Base for sale: Altice, Iliad, Tele2 most likely bidders

Thursday 5 March 2015 | 12:44 CET | Market Commentary

KPN has put its Belgian unit Base up for sale again, according to Bloomberg. The Dutch operator tried in 2012 to sell Base, but did not attract the desired price, reportedly around EUR 1.8 billion. Since then KPN has sold E-Plus in Germany and reduced its focus to the Netherlands and Belgium. 

A sale of the relatively small Belgian unit would not be a surprise. We expect KPN is hoping to raise around EUR 1 billion and see Altice, Tele2 and Iliad as the most likely bidders for Base. KPN's share price showed little reaction to the report of a Base sale, but the share price is up around 25 percent already since January when rumours surfaced of Deutsche Telekom's possible interest in KPN. Mobistar's share price fell around 5 percent on the news of a Base sale. 

There are two reasons why KPN has returned to the idea of selling Base. While the mobile market in Belgium is not so difficult as the fixed, Base is a distant third in the market, putting it in last place. Competition is intense, in part due to the recent arrival of Telenet as a MVNO. KPN has been withdrawing steadily from Belgium, selling assets, ending its triple-play offer Snow and reportedly suspending investments in Wallonia due to the increasing number of taxes there. Over the past two years, Base's EBITDA has nearly halved. 

Another reason for selling the unit is that KPN could use the money. Its debt is still high at 2.8 times annual EBITDA. Will the debt ratio improve much if Base is sold? Net debt will indeed decline, but so will EBITDA. In other words, could KPN achieve a higher valuation for Base than its own?


At the end of 2014, KPN had net debt of EUR 7.33 billion, and adjusted EBITDA for the year was EUR 2.57 billion. This results in a debt ratio of 2.85 times EBITDA. Base contributed in 2014 adjusted EBITDA of EUR 156 million. From this we can calculate what KPN needs to raise from selling Base in order to strengthen its balance sheet. 

With a price tag of EUR 1.29 billlion, the net debt ratio would drop to 2.5 times EBITDA, the high end of KPN's targeted range of 2.0-2.5. This values Base at 8.3 times annual EBITDA. With proceeds of only EUR 430 million, the debt ratio would not change. This amount values Base at just 2.8 times EBITDA. (Note that any valuation will also take account of future expectations for EBITDA). 

In comparison, the larger Mobistar, which is number two on the market, has a market capitalisation of EUR 1.27 billion, equal to around 4.6 times annual EBITDA. This also includes its operations in Luxembourg. Base has around three-quarters the Belgian revenues of Mobistar. The comparison in terms of customers is more difficult. Base only breaks down its customers by prepaid and postpaid and does not disclose how many are wholesale (MVNOs); we estimate almost half are wholesale. Mobistar does give a wholesale breakdown and also has a larger number of M2M Sims. Looking at the total number, Base's customer base is equal to around 60 percent of Mobistar's Sims. Base does have a higher EBITDA margin than Mobistar (21% vs 18%), and growth is also lower at Mobistar.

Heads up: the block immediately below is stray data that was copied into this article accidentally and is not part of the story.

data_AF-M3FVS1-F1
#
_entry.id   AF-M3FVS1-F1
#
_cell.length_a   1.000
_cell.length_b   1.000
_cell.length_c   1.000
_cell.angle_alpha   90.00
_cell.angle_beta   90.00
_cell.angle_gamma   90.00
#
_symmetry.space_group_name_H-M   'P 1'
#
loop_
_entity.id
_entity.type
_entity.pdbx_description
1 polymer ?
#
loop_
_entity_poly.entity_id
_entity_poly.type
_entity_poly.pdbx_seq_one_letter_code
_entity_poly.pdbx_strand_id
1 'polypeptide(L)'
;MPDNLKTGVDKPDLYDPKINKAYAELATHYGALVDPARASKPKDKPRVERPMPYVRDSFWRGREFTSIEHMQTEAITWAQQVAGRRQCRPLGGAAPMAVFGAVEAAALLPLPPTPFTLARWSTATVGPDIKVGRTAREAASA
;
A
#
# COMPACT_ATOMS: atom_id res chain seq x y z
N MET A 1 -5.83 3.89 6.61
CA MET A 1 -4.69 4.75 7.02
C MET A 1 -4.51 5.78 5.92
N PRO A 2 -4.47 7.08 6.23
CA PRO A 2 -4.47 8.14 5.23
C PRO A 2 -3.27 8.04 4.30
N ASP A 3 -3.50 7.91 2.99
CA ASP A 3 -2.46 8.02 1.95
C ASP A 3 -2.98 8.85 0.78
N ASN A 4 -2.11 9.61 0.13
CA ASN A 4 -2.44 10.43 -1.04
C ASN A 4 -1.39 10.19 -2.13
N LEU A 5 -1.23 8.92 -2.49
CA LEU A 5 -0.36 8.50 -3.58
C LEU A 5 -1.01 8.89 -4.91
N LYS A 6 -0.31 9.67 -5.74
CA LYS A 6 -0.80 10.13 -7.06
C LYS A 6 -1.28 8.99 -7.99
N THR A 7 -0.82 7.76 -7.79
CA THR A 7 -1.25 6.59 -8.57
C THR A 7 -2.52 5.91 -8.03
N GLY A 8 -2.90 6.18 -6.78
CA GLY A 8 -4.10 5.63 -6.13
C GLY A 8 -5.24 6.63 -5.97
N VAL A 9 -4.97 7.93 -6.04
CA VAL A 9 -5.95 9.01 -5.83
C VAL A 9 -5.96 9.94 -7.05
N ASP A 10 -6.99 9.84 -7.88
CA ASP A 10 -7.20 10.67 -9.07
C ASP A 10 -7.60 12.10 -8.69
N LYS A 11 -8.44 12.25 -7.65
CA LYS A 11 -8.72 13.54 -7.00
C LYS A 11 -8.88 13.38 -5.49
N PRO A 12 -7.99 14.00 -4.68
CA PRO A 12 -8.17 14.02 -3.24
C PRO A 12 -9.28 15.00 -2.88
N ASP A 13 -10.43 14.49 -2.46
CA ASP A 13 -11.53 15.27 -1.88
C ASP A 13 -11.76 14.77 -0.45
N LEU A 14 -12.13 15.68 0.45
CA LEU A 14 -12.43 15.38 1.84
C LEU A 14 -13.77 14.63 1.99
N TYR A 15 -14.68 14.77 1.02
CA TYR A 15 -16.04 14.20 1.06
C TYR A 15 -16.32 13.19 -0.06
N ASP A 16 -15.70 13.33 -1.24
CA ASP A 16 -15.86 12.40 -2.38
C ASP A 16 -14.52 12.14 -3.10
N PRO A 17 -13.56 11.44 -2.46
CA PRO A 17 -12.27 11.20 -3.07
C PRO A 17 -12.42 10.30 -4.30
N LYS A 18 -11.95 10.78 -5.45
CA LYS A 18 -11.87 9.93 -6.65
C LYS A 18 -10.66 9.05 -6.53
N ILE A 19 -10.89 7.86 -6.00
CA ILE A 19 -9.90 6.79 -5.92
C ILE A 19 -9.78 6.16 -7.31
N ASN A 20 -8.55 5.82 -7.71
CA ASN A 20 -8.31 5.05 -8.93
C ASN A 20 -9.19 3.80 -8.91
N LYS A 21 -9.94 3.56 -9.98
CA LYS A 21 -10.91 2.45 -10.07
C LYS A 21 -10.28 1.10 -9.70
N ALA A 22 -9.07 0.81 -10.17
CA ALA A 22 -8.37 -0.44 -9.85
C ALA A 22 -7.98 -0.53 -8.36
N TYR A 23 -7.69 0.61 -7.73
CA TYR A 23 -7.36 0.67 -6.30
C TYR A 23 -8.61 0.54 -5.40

Based on the above, we expect that a price tag of EUR 1 billion for Base is achievable for KPN. This still values Base at a high 7 times EBITDA for 2014. Such a price would reduce KPN's debt ratio to 2.62. This is a nice improvement, but not enough. In April, the lock-up on KPN's 20.5 percent stake in Telefonica Deutschland will expire. The stake is valued at almost EUR 3 billion, and we expect it will also go up for sale.


Finally, who are the candidates for buying Base?

  • Orange has ruled itself out, as it already owns Mobistar.
  • Telenet is a possibility, but this would not be in line with its parent company Liberty Global's strategy of becoming a Full MVNO. Liberty may be heading towards a merger with Vodafone in the long term as well. A bid for Base would be its first mobile acquisition and a sign of a new strategy.
  • Deutsche Telekom is not likely either. It would be buying a small operator with no exposure to the fixed market.
  • For Vodafone, Belgium is a small market with some possibilities for synergies. However, Vodafone already has a partner agreement with market leader Proximus (Belgacom).
  • Altice is building a portfolio of cable companies, mobile operators and PTTs. It has a small cable operation in Belgium, and has said it's interested in expanding there, so a Base takeover could offer synergies.
  • Iliad, the parent company of French operator Free, is perhaps the most important candidate. Synergies are possible with Free Mobile, and the company is capable of mounting a challenge on the Belgian market with Base.
  • Tele2 has said it will consider acquisitions in 2015. Tele2 could also develop a challenger strategy with Base.
  • Private equity bidders are also possible. Free founder Xavier Niel recently used a private investment vehicle to acquire Orange Switzerland. An IPO could then be in line for Base. 

For KPN, candidates able to realise synergies and create value at Base are more interesting, as this helps drive up the price.  In this sense, Altice, Iliad and Tele2 are the most likely candidates. 

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